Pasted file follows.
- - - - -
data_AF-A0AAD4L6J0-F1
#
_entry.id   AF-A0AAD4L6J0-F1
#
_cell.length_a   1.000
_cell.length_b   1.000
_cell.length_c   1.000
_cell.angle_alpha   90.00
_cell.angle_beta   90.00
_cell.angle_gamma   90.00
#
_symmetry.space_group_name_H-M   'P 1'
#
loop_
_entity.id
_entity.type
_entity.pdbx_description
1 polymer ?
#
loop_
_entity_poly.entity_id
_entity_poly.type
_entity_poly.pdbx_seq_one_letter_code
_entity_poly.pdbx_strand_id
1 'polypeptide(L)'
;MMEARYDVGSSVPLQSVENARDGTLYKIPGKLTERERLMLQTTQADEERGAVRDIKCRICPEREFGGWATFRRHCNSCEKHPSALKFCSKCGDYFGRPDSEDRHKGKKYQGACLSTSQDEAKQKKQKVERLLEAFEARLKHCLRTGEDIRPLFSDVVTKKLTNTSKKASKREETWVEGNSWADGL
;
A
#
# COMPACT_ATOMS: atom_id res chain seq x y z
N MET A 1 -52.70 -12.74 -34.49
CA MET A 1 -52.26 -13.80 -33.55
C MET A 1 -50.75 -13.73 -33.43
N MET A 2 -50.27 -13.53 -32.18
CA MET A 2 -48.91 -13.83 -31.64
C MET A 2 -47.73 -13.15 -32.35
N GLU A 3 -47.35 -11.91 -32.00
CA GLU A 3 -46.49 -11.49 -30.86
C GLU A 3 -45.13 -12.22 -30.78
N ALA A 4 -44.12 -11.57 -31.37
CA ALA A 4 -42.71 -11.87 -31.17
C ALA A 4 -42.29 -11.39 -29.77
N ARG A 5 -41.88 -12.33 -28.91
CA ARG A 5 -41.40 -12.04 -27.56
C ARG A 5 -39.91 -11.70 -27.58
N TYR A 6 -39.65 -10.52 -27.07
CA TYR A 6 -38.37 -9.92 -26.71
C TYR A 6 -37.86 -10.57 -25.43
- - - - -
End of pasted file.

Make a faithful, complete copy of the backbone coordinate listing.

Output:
data_AF-A0AAD4L6J0-F1
#
_entry.id   AF-A0AAD4L6J0-F1
#
_cell.length_a   1.000
_cell.length_b   1.000
_cell.length_c   1.000
_cell.angle_alpha   90.00
_cell.angle_beta   90.00
_cell.angle_gamma   90.00
#
_symmetry.space_group_name_H-M   'P 1'
#
loop_
_entity.id
_entity.type
_entity.pdbx_description
1 polymer ?
#
loop_
_entity_poly.entity_id
_entity_poly.type
_entity_poly.pdbx_seq_one_letter_code
_entity_poly.pdbx_strand_id
1 'polypeptide(L)'
;MMEARYDVGSSVPLQSVENARDGTLYKIPGKLTERERLMLQTTQADEERGAVRDIKCRICPEREFGGWATFRRHCNSCEKHPSALKFCSKCGDYFGRPDSEDRHKGKKYQGACLSTSQDEAKQKKQKVERLLEAFEARLKHCLRTGEDIRPLFSDVVTKKLTNTSKKASKREETWVEGNSWADGL
;
A
#
# COMPACT_ATOMS: atom_id res chain seq x y z
N MET A 1 -52.70 -12.74 -34.49
CA MET A 1 -52.26 -13.80 -33.55
C MET A 1 -50.75 -13.73 -33.43
N MET A 2 -50.27 -13.53 -32.18
CA MET A 2 -48.91 -13.83 -31.64
C MET A 2 -47.73 -13.15 -32.35
N GLU A 3 -47.35 -11.91 -32.00
CA GLU A 3 -46.49 -11.49 -30.86
C GLU A 3 -45.13 -12.22 -30.78
N ALA A 4 -44.12 -11.57 -31.37
CA ALA A 4 -42.71 -11.87 -31.17
C ALA A 4 -42.29 -11.39 -29.77
N ARG A 5 -41.88 -12.33 -28.91
CA ARG A 5 -41.40 -12.04 -27.56
C ARG A 5 -39.91 -11.70 -27.58
N TYR A 6 -39.65 -10.52 -27.07
CA TYR A 6 -38.37 -9.92 -26.71
C TYR A 6 -37.86 -10.57 -25.43